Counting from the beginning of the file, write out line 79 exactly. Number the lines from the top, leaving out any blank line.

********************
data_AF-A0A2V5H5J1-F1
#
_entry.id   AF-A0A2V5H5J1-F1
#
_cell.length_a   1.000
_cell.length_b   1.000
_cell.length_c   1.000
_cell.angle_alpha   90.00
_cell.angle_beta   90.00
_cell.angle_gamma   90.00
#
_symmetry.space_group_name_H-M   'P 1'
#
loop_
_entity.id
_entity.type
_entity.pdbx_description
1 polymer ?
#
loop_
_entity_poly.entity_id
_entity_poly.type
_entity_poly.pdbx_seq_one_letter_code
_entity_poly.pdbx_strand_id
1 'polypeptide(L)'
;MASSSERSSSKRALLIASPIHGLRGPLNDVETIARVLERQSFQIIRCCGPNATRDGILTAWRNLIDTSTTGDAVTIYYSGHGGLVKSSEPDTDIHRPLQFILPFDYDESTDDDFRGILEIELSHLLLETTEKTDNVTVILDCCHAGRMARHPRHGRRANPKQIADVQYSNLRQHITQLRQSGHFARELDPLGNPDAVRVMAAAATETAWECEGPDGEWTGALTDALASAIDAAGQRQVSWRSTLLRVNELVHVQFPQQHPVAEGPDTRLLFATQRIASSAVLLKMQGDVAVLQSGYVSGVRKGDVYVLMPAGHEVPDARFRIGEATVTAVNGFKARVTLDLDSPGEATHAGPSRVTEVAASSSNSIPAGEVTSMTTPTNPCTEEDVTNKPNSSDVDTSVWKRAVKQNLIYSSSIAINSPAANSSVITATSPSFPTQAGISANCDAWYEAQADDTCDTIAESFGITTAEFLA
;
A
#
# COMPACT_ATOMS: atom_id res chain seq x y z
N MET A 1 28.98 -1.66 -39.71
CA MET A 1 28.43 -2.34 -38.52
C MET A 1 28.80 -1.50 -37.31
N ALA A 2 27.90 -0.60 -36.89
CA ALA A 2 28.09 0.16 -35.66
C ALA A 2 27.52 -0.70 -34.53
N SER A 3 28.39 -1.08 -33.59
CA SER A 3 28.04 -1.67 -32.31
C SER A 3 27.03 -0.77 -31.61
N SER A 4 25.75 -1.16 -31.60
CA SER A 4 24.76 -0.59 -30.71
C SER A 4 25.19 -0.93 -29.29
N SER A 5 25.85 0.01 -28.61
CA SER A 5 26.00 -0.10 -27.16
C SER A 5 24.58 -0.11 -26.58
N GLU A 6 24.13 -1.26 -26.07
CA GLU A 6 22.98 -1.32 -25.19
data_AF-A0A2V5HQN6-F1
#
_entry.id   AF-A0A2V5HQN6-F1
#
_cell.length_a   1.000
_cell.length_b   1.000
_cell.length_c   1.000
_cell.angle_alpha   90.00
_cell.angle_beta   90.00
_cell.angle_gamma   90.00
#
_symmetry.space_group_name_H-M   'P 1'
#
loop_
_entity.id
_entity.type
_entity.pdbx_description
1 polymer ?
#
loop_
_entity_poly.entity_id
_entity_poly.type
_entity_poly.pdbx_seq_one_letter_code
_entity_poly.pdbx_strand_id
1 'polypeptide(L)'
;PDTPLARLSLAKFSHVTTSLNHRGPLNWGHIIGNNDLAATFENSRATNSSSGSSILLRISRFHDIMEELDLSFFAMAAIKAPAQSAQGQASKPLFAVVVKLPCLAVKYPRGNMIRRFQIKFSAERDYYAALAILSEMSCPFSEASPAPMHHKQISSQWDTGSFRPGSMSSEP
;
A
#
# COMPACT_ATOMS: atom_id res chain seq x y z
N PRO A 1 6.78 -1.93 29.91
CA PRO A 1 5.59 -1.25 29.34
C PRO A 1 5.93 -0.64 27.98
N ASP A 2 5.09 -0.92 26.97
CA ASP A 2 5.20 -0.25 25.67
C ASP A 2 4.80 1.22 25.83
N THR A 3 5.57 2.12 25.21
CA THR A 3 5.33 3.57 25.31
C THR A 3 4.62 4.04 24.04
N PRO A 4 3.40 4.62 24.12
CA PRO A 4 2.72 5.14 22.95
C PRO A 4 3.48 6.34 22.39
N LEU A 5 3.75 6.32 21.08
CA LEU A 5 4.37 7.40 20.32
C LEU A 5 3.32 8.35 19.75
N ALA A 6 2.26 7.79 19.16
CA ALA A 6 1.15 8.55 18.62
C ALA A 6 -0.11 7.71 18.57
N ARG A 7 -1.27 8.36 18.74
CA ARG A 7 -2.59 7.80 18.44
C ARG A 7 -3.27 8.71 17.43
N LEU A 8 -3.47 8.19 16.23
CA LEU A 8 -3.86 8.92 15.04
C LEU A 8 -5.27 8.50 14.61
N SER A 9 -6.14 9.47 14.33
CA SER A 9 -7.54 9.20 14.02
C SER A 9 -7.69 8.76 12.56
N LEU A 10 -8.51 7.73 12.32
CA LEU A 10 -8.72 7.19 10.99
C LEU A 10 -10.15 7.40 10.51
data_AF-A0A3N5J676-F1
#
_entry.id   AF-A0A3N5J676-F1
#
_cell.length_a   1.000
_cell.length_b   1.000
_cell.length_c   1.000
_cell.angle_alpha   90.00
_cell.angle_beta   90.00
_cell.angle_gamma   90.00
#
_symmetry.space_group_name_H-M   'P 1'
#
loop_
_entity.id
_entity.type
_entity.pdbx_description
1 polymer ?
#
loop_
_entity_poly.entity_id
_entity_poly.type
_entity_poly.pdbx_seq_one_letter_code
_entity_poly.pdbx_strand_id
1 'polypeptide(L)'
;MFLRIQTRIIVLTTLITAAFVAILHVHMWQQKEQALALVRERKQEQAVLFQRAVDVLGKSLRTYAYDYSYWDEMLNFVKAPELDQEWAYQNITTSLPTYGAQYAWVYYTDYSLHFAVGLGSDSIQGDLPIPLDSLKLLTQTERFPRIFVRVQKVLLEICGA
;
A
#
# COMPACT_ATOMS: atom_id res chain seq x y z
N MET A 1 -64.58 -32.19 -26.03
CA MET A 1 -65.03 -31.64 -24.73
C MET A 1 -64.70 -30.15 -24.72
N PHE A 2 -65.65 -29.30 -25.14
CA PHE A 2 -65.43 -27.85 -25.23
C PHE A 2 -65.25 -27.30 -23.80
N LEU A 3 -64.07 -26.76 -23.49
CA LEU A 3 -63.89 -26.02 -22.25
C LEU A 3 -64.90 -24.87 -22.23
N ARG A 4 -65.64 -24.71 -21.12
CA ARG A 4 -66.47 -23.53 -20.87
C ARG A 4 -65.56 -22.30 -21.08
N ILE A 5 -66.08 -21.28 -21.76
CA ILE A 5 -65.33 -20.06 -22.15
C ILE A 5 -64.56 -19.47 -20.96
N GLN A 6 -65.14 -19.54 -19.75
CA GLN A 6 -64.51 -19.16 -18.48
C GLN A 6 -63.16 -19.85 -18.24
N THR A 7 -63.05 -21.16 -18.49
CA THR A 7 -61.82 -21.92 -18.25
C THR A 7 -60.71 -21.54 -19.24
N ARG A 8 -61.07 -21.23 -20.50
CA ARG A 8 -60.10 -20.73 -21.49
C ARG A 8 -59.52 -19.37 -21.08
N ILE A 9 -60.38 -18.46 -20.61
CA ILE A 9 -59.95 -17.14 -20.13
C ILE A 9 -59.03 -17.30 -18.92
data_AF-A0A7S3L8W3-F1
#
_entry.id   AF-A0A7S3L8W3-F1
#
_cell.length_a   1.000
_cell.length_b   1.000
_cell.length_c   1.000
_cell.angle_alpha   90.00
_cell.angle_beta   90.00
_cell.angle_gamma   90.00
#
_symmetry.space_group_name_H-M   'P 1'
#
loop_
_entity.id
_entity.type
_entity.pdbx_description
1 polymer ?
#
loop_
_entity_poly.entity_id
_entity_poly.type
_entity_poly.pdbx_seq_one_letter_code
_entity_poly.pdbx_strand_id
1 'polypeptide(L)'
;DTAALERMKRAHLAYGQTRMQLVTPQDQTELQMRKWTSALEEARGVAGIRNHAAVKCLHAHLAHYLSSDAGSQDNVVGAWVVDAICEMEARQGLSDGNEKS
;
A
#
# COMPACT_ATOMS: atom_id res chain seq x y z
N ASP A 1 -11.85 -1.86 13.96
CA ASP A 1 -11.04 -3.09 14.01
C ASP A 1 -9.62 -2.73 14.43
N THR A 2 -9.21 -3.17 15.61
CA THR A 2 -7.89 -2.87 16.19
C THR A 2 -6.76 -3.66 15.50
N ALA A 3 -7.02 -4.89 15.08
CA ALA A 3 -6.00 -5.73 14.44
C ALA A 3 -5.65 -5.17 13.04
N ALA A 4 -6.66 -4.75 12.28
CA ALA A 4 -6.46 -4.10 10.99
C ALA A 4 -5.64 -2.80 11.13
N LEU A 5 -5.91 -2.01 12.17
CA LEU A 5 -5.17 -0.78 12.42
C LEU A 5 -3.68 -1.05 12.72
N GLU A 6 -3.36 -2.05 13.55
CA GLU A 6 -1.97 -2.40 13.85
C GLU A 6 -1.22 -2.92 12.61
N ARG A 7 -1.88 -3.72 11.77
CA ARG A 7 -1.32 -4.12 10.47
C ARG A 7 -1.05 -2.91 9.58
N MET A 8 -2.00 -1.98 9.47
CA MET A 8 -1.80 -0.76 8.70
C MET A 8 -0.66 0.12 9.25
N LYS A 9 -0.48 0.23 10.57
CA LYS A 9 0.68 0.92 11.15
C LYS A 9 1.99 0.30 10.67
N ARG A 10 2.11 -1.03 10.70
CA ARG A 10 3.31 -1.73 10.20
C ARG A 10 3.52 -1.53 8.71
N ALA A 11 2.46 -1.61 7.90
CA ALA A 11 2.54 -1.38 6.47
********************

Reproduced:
CA PRO A 1 5.59 -1.25 29.34